Barotrauma and Mechanical Ventilation

Updated: Feb 11, 2022
  • Author: Guy W Soo Hoo, MD, MPH; Chief Editor: Zab Mosenifar, MD, FACP, FCCP  more...
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Practice Essentials

Barotrauma is a well-recognized complication of mechanical ventilation. [1] Although most frequently encountered in patients with the acute respiratory distress syndrome (ARDS), it can occur in any patient receiving mechanical ventilation. [2, 3]  In addition, barotrauma can occur in patients with a wide range of underlying pulmonary conditions (eg, asthmachronic obstructive pulmonary disease [COPD], interstitial lung disease, or Pneumocystis jiroveci [Pneumocystis carinii] pneumonia).

In clinical medicine, barotrauma is used to describe the manifestations of extra-alveolar air during mechanical ventilation. Early descriptions of barotrauma refer to rupture of the lung after forceful exhalation against a closed glottis—for example, pulmonary injury after a deep-sea dive (eg, breath-holding while pearl diving). Although nonmechanically ventilated patients may have barotrauma, most cases occur in patients receiving mechanical ventilation.

The clinical presentation can vary, ranging from absent symptoms with the subtle radiographic findings of pulmonary (or perivascular) interstitial emphysema (PIE) to respiratory distress or cardiac arrest due to a large tension pneumothorax. [4]  Other manifestations include subcutaneous emphysema, pneumopericardium, pneumomediastinum, and even pneumoperitoneum, singly or in combination.

Barotrauma was once the most frequent and easily recognized complication of mechanical ventilation. It is now evident, however, that barotrauma represents only one of the mechanisms underlying the broad category of ventilator-induced lung injury (VILI). [5]  As the term suggests, the lung injury associated with barotrauma is mediated by increased alveolar pressures.

Other manifestations of VILI have been termed volutrauma, atelectotrauma, and biotrauma (cytokine- and chemokine-mediated) to reflect the major pathophysiologic events behind the injury.

Improved understanding of the mechanisms underlying VILI and barotrauma makes it imperative for physicians to adjust ventilator settings to prevent alveolar overdistention. There has been controversy regarding the optimal approach for lung-protective ventilation, but consistent benefit has been noted with low tidal volume and no increased risk with varying levels of positive end-expiratory pressure (PEEP). Whereas low-tidal-volume ventilation has been strongly advocated, plateau pressure may be a more useful parameter to monitor and a better reflection of barotrauma risk in these patients.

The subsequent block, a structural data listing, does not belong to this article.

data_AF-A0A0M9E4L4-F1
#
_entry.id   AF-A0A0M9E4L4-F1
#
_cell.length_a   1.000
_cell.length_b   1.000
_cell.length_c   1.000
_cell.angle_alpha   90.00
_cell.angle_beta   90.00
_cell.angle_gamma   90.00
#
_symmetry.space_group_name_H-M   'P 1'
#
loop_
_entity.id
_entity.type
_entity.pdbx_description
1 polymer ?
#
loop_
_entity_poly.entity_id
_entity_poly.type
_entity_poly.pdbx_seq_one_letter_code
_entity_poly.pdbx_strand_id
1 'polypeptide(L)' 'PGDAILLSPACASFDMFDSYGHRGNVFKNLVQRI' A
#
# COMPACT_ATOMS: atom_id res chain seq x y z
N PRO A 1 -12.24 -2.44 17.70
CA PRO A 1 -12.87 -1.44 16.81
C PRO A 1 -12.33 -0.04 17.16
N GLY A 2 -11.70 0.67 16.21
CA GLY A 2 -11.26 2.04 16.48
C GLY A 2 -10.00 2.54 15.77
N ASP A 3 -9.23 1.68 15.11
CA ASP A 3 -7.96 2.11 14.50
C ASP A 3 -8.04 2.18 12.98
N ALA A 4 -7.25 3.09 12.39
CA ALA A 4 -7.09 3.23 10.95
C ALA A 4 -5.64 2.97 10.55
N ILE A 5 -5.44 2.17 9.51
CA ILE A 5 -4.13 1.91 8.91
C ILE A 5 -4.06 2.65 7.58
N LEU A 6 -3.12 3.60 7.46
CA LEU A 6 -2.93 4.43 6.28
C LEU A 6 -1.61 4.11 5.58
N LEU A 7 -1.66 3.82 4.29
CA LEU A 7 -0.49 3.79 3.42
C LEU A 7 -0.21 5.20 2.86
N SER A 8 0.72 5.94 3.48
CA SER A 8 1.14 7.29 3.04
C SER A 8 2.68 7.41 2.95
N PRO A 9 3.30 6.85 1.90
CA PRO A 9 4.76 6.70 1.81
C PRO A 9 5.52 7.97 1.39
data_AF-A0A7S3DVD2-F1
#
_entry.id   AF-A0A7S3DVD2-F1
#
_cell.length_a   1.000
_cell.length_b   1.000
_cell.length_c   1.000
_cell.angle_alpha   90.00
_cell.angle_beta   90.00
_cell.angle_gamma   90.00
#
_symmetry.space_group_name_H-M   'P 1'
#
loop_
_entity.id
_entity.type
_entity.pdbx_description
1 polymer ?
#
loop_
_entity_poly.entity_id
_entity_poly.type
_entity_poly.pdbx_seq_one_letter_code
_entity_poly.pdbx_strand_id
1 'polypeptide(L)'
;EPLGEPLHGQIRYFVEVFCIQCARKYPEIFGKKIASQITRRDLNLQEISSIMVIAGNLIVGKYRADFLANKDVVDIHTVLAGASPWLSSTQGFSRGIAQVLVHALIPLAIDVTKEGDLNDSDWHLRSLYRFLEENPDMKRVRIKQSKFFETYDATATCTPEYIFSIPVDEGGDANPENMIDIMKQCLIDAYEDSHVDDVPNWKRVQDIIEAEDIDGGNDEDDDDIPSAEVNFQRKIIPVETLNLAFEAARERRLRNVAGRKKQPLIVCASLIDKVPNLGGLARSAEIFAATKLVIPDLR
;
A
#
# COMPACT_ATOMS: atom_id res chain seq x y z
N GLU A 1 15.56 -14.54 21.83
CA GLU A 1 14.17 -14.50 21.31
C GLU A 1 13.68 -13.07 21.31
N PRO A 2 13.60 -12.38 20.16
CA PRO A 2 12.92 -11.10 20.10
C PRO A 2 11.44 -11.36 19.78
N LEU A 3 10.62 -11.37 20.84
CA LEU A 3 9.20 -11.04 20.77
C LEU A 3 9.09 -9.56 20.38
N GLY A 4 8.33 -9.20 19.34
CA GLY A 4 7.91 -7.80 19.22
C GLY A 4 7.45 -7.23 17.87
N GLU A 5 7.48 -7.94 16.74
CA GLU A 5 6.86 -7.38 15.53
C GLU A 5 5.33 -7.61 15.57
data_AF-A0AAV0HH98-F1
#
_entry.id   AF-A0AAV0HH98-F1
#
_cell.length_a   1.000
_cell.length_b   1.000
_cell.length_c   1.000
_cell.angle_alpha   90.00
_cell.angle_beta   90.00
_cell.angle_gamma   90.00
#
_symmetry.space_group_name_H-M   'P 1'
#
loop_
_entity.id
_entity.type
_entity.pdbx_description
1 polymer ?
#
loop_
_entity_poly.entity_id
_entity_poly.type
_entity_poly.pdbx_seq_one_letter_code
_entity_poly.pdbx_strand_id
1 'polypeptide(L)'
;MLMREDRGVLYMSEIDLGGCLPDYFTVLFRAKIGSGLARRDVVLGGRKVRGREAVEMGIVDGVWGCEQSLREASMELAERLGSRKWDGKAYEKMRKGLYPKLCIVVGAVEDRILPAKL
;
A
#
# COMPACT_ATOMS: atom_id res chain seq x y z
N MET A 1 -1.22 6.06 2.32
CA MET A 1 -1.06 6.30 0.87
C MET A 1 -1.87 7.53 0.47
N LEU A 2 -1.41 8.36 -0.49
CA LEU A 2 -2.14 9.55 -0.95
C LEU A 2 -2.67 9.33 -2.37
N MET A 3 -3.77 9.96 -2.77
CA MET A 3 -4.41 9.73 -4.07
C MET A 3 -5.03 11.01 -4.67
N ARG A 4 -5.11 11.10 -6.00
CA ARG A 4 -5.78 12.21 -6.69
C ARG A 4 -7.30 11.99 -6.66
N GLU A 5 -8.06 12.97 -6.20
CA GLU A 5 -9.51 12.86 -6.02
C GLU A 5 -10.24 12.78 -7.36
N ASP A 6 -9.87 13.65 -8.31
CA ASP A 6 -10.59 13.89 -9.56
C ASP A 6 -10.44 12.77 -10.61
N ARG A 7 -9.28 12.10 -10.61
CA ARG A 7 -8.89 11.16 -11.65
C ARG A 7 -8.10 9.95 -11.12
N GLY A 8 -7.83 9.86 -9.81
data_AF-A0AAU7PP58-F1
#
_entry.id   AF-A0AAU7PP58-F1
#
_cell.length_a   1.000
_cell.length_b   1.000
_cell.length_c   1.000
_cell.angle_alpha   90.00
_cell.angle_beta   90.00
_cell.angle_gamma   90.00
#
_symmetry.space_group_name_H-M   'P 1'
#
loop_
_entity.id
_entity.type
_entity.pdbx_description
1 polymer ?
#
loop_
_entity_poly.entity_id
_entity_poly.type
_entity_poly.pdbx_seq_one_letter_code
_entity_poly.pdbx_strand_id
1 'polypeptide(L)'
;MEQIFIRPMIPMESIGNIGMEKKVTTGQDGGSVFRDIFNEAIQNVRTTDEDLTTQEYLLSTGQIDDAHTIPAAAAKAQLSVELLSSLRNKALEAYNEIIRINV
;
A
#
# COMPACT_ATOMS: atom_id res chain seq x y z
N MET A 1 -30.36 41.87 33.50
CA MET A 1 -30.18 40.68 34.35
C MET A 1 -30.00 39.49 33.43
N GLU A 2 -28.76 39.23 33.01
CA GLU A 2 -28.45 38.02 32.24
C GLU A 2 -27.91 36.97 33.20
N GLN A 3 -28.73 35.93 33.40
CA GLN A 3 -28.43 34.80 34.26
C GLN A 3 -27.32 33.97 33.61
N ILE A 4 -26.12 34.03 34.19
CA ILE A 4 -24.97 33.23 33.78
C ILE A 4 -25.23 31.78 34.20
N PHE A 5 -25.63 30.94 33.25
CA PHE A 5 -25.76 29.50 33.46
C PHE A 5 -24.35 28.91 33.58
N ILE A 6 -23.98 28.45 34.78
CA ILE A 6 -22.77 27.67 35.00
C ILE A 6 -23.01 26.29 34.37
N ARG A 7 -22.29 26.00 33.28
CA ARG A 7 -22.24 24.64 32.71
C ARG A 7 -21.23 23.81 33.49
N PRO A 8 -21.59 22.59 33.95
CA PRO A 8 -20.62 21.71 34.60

Low tidal volume is an effective ventilation strategy, but clinicians have been somewhat slow to adopt this approach. With increasing evidence to support its use, the overall tidal volume used in mechanically ventilated patients had decreased over time, and current practice involves tidal volumes that are lower than those used in the past. Limiting plateau pressures to less than 30 cm H2O is an effective approach for all patients. With volume ventilators, this is best accomplished with low tidal volumes. It also appears that a pressure-limited approach can be effective.

For more information, see Acute Respiratory Distress Syndrome and Pediatric Acute Respiratory Distress Syndrome.



An appreciation of the pathophysiology of barotrauma in mechanically ventilated patients improves the understanding of its clinical manifestations. It is important to recognize that lung involvement in persons with ARDS is heterogeneous and that some portions of the lungs are more adversely affected than others. This involvement can lead to maldistribution of mechanically delivered tidal volume, with some alveoli subjected to more distention than others.